The state of Neuromorphic Engineering as seen from an outsider

Last week I was in Sardinia at the annual Capo Caccia Cognitive Neuromorphic Engineering Workshop organized by the University of Zurich. This was my third time at the workshop, so I now know many of the participants and it was good to get an update on their research and personal lives.

Inevitably when I meet someone new there, I get the same questions: “What is your research area?” and “Which university are you from?” Each time I struggle to explain that I am actually not from academia, that I was an Internet entrepreneur and that I got interested in some aspects of this field, mostly the cognitive and innovative computing part because I would like to change the Internet with some new ideas from different fields. Some ask me to explain exactly what I mean by that, if I am joking or what. “Well, it is a long story”, I answer, “and it is about how the Internet is used today, mostly the WEB, and how one could imagine to use it in the future in a more distributed, localized and less centralized way” (mostly referring to models). After some time and a few more questions, some seem to understand what I mean, others not so much. Luckily, a couple of secretive Samsung engineers were also attending the workshop, so I was not the only one outside academia, but I digress.

Anyway, there was greater focus on higher level cognition and lesser focus on the specifics of hardware implementations this year. In essence, neuromorphic hardware platforms are now available (Stanford’s Neurogrid, Heidelberg’s BrainScaleS, Zurich INI chips, IBM SyNAPSE, Manchester’s Spinnaker) and the BIG question is how to program them.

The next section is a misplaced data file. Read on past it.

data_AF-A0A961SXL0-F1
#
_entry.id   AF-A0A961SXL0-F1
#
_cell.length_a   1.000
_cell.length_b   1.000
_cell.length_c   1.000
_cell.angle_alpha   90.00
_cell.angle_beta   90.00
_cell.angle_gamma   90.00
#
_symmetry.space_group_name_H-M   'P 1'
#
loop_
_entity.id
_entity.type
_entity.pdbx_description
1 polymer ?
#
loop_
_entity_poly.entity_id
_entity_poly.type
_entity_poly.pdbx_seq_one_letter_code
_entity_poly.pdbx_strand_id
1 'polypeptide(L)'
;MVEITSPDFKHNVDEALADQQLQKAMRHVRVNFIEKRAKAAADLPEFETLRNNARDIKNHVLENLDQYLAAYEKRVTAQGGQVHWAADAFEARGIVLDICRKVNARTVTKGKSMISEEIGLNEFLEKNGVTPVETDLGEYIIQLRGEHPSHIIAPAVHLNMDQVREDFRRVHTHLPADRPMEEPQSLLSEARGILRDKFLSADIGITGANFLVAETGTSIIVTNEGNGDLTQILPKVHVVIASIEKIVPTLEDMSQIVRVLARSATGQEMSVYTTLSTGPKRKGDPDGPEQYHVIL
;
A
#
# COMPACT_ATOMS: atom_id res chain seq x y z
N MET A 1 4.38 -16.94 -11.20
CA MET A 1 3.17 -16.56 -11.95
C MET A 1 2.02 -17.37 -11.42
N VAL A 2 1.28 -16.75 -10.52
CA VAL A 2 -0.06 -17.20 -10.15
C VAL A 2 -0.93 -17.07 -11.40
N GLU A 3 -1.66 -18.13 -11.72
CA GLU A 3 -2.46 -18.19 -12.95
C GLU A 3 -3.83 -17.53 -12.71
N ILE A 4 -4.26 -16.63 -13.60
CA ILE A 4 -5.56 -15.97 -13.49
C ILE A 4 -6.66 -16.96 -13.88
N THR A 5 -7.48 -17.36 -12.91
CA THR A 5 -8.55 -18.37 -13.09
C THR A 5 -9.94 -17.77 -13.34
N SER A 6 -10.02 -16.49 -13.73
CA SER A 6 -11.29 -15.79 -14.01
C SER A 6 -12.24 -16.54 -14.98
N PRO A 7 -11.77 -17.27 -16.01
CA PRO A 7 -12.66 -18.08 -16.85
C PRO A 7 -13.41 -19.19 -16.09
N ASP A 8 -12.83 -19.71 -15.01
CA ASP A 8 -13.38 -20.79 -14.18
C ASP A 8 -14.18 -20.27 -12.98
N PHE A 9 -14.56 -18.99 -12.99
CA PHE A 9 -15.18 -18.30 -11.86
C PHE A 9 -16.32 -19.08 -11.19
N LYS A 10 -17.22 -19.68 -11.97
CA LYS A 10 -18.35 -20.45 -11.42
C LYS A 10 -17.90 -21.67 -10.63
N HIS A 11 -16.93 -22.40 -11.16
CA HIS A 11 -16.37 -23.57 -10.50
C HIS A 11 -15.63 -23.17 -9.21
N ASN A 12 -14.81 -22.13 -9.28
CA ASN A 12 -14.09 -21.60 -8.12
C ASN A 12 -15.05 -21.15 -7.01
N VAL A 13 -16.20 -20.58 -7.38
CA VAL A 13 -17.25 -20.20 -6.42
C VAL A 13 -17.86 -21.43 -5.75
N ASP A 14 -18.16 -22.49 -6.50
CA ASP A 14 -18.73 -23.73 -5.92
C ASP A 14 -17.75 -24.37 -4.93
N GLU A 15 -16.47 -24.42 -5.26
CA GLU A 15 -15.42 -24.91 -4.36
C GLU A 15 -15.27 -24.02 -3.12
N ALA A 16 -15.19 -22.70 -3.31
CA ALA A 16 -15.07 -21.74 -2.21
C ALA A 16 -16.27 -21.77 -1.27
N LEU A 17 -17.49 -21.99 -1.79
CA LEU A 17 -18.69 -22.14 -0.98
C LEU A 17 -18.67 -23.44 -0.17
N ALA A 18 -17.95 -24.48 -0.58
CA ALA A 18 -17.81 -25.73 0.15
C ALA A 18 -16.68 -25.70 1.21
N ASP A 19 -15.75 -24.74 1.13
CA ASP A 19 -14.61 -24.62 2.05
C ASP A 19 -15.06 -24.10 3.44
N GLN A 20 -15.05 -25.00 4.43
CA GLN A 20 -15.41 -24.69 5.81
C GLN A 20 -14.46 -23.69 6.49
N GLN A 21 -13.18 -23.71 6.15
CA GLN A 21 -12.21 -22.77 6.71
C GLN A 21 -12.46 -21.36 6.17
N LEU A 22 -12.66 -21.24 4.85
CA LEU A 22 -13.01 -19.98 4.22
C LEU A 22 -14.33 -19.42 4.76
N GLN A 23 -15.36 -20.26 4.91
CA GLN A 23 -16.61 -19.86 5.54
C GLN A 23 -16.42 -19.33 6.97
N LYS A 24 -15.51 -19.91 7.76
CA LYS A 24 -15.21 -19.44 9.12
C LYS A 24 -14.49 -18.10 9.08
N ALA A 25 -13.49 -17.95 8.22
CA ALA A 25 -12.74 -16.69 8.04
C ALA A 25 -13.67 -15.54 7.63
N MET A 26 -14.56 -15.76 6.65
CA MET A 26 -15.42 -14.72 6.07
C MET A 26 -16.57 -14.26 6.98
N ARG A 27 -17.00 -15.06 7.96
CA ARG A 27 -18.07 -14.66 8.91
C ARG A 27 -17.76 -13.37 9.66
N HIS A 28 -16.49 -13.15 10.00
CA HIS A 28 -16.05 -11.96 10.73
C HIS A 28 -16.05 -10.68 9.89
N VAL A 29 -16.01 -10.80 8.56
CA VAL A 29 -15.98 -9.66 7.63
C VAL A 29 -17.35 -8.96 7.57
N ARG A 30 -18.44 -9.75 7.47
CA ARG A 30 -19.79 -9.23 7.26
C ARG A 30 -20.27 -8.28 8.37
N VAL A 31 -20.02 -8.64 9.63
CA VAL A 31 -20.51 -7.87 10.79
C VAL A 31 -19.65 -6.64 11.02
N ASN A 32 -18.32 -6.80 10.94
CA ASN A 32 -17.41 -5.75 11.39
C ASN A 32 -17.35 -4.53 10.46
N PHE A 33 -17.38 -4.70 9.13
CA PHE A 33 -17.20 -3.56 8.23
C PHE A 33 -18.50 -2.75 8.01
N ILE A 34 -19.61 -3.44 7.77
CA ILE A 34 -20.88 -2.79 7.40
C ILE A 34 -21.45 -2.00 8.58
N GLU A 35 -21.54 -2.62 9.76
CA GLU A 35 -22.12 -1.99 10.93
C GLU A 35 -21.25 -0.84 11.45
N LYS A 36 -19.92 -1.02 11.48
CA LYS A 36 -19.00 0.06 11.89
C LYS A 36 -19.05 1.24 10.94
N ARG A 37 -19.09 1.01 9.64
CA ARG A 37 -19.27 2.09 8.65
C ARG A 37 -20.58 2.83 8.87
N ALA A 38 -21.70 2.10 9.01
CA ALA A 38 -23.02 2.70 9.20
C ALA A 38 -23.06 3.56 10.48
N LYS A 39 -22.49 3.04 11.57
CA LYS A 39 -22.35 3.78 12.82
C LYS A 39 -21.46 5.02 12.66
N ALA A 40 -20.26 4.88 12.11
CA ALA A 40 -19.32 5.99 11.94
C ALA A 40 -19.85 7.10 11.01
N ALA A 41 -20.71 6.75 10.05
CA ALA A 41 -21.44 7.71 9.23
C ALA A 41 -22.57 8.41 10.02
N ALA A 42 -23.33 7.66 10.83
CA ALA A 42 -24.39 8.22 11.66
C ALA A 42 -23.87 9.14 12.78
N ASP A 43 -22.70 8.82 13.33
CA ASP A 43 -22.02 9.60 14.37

The common and unresolved problem is one of setting the weights of the thousands or millions of synapses and fine-tuning the neuronal models in some cases. You might think of using a bottom-up approach to let the weights be defined by some kind of development or learning algorithm or a top-down approach where you impose a certain model from above.

The latter top-down approach is the one which gathered some interest at the workshop; proposed by Chris Eliasmith, it is called Nengo. It is a framework capable of compiling a class of equations onto the neural substrate. My doubts about Nengo stem from the fact that it imposes a top-down model and leaves no room for some kind of bottom-up organization.

As it is now usual at this workshop there was a cultural clash between applied scientists and engineers on one side and basic scientists on the other. The question for many is: What is the measure of success of neuromorphic engineering? Is it:

  • the number of viable commercial applications based on our chips and sensors?
  • the number of articles published?
  • the overall interest in our community expressed by other scientific communities?

In general, scientists interested in basic research will remind you of what Richard Feynman famously said about why one should build new devices:

What I cannot build, I cannot understand.

I think Feynman was right, we might have to build a brain to understand that we understand it!